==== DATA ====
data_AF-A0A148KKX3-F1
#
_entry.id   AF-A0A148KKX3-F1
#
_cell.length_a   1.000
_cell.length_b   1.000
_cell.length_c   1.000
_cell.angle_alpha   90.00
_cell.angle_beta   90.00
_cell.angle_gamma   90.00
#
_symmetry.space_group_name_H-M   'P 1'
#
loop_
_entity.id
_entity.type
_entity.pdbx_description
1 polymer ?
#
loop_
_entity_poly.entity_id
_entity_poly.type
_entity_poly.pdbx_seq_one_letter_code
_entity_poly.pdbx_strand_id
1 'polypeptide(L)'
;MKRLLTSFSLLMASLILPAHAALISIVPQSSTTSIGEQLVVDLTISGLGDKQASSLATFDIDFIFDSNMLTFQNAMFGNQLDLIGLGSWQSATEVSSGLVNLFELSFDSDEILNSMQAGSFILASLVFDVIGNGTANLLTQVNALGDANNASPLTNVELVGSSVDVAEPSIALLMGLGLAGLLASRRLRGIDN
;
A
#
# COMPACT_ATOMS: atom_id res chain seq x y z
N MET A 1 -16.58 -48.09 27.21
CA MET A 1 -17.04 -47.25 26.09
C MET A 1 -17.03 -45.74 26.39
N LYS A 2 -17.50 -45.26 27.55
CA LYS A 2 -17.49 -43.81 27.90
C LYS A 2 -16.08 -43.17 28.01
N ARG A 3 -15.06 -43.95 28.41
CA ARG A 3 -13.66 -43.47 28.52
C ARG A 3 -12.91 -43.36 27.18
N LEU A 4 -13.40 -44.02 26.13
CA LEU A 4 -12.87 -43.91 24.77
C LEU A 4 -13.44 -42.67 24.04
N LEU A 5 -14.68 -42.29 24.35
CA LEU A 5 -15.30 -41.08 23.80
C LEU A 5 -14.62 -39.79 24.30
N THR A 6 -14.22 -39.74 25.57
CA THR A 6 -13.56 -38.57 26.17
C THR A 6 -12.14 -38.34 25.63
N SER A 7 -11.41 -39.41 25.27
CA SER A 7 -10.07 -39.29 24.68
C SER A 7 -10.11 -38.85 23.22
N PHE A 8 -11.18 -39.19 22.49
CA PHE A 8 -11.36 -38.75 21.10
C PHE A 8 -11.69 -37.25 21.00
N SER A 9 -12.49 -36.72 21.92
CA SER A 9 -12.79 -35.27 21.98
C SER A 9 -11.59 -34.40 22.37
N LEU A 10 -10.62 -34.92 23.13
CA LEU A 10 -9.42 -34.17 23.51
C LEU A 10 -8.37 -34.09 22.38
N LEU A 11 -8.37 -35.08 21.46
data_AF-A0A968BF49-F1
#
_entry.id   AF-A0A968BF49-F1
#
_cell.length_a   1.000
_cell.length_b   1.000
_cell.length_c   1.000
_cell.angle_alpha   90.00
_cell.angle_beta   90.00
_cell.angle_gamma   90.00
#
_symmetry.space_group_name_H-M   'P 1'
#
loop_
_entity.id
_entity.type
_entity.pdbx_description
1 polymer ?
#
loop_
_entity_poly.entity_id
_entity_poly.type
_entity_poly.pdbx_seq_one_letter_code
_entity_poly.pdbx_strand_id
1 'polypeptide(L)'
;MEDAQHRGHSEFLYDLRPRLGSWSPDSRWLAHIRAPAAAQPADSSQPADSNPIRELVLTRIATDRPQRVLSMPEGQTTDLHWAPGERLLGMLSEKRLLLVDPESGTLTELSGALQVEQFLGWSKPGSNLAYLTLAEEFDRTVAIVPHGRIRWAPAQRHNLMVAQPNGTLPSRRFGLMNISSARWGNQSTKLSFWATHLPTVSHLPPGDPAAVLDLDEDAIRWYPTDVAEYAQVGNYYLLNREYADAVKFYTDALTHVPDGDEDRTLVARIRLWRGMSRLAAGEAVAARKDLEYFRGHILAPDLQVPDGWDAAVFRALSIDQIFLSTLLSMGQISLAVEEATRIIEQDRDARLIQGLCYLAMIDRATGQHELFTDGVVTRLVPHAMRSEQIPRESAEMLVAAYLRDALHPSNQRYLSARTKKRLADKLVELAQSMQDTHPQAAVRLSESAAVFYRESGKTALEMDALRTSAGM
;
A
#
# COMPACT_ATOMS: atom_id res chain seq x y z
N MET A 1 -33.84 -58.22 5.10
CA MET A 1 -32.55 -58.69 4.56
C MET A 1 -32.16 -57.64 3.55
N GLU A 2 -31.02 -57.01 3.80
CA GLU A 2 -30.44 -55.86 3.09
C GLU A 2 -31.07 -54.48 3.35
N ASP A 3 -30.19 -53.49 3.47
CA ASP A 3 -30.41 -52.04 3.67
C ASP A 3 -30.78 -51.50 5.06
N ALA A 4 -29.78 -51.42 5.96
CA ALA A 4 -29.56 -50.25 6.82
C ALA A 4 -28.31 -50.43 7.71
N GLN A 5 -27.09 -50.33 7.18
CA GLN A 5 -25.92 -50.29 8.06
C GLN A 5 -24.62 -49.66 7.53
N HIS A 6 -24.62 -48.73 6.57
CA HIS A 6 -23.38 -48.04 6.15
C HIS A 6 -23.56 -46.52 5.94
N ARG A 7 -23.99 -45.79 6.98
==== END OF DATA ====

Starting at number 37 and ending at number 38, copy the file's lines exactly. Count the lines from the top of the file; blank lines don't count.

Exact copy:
N ARG A 3 -15.06 -43.95 28.41
CA ARG A 3 -13.66 -43.47 28.52